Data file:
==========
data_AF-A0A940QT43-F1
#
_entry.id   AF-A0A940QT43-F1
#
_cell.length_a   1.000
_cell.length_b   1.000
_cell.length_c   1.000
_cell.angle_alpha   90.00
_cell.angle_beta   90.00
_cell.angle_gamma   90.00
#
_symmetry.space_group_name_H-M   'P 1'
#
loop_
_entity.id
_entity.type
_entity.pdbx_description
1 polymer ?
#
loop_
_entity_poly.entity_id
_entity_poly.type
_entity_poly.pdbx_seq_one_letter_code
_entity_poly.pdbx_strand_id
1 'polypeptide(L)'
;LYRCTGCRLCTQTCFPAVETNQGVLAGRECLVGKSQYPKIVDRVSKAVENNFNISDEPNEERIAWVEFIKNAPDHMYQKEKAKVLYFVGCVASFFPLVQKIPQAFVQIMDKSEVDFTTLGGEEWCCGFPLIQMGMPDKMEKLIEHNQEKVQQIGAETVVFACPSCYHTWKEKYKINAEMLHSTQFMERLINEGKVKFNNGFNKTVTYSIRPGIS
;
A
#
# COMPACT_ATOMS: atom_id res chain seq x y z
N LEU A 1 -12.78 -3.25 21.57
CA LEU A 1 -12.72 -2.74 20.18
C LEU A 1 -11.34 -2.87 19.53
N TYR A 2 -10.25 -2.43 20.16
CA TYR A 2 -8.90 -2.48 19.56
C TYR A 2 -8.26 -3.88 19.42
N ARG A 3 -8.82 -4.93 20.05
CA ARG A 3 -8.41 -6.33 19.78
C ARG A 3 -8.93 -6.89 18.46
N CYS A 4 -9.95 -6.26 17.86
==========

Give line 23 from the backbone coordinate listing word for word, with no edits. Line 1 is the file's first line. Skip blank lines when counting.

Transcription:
_entity_poly.pdbx_seq_one_letter_code